The Q&A Archives: Use Of Daylily In Cooking

Question: Do you know of any recipes using daylily?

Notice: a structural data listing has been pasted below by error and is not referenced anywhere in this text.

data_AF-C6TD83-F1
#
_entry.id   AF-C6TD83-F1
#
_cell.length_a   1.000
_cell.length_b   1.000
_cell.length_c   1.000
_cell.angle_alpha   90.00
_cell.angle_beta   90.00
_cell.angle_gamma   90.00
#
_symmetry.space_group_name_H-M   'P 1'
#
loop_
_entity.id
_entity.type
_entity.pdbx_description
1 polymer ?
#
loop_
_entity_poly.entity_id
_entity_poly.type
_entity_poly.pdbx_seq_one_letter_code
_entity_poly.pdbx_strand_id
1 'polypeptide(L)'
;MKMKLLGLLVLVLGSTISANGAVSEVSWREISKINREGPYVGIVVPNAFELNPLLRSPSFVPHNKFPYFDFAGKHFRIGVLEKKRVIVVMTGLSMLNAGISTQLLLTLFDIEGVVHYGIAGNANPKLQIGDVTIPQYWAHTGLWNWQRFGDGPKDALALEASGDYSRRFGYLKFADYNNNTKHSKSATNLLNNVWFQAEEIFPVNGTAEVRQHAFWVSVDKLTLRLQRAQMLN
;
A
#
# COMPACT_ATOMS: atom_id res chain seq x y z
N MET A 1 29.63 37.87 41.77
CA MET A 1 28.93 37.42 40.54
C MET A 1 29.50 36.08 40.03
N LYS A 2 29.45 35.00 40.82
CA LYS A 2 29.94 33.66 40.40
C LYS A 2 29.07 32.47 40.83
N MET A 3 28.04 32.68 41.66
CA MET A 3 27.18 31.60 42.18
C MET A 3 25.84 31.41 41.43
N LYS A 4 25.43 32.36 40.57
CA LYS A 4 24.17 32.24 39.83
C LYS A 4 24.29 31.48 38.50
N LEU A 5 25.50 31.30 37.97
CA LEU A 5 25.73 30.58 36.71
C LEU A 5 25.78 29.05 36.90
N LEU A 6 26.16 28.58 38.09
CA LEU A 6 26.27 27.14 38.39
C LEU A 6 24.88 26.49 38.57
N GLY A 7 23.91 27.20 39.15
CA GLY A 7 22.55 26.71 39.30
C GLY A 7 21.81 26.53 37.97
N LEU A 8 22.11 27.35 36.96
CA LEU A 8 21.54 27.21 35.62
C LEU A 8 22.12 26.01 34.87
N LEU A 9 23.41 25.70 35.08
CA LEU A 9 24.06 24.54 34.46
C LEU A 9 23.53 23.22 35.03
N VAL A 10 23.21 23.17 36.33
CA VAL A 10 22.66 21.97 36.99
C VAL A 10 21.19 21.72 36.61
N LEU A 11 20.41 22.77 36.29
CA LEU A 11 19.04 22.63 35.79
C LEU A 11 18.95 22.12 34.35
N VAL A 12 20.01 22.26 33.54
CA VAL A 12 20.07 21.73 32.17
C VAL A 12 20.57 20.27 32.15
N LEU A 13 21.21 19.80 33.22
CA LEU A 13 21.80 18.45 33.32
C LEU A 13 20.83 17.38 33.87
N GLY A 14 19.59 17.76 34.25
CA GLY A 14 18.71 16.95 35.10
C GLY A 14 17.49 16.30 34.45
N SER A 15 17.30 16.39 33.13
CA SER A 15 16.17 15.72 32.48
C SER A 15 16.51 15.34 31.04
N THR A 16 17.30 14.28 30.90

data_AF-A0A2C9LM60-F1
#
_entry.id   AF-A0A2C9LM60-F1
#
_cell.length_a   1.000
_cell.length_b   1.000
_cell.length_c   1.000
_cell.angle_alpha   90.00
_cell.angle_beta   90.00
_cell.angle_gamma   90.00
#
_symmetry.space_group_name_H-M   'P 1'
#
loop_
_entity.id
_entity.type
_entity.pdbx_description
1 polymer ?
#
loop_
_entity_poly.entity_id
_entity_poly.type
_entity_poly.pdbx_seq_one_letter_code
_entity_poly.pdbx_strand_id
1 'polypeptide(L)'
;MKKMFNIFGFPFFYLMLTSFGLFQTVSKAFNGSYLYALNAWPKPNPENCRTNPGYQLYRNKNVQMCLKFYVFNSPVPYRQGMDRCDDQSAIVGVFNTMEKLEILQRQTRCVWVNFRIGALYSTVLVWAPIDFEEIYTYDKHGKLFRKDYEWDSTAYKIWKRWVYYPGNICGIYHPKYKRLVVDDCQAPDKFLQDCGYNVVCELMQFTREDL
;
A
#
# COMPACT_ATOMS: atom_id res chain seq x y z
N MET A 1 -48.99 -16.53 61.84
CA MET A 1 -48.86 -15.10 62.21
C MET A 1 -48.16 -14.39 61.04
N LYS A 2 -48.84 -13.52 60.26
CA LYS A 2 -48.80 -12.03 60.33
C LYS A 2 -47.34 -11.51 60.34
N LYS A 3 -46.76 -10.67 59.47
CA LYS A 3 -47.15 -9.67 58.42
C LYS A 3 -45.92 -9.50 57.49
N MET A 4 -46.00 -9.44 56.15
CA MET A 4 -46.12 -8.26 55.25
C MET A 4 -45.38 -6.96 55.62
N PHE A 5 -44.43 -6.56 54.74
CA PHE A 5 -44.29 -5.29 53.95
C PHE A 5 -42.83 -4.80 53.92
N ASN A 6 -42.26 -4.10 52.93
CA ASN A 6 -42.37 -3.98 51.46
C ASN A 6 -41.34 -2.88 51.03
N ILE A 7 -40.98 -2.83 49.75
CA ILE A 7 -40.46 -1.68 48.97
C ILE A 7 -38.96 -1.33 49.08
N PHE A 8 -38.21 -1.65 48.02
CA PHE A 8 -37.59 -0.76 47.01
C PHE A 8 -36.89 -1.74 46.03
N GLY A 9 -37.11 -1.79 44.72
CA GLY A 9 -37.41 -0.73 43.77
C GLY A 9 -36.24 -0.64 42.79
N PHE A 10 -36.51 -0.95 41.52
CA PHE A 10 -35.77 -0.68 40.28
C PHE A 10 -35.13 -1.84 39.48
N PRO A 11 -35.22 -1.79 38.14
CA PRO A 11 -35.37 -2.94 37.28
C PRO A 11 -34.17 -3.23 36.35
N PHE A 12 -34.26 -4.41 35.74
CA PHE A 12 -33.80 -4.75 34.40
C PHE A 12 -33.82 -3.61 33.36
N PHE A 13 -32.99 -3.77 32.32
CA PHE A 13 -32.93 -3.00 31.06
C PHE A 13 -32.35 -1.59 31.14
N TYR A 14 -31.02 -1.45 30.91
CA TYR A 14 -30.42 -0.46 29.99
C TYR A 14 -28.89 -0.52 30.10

Answer: According to the book "Gourmet Gardening" by Anne Moyer Halpin, the first harvest of daylily takes place in the early spring when the young leaves appear. Leaves are especially tasty and tender when they are 3 to 5 inches long and still young. They can be simmered or stir fried in oil or butter, and some compare the taste to creamed onions. Eaten in large amounts, they have a mild laxative effect. Flower buds and blossoms are considered the most delectable portion of the plant. They appear in midsummer and can be eaten at all stages of growth. They are slightly flowery-sweet and lend a good taste to soups and vegetable dishes. They do have a slightly mucilaginous texture (somewhat like okra). The tightly closed buds can be used in salads, boiled, pickled, or stir fried. They are good steamed with snow peas. Half-open, fully open, and even one day old blossoms can be dipped in a light batter of flour and water and deep fried, tempura style.

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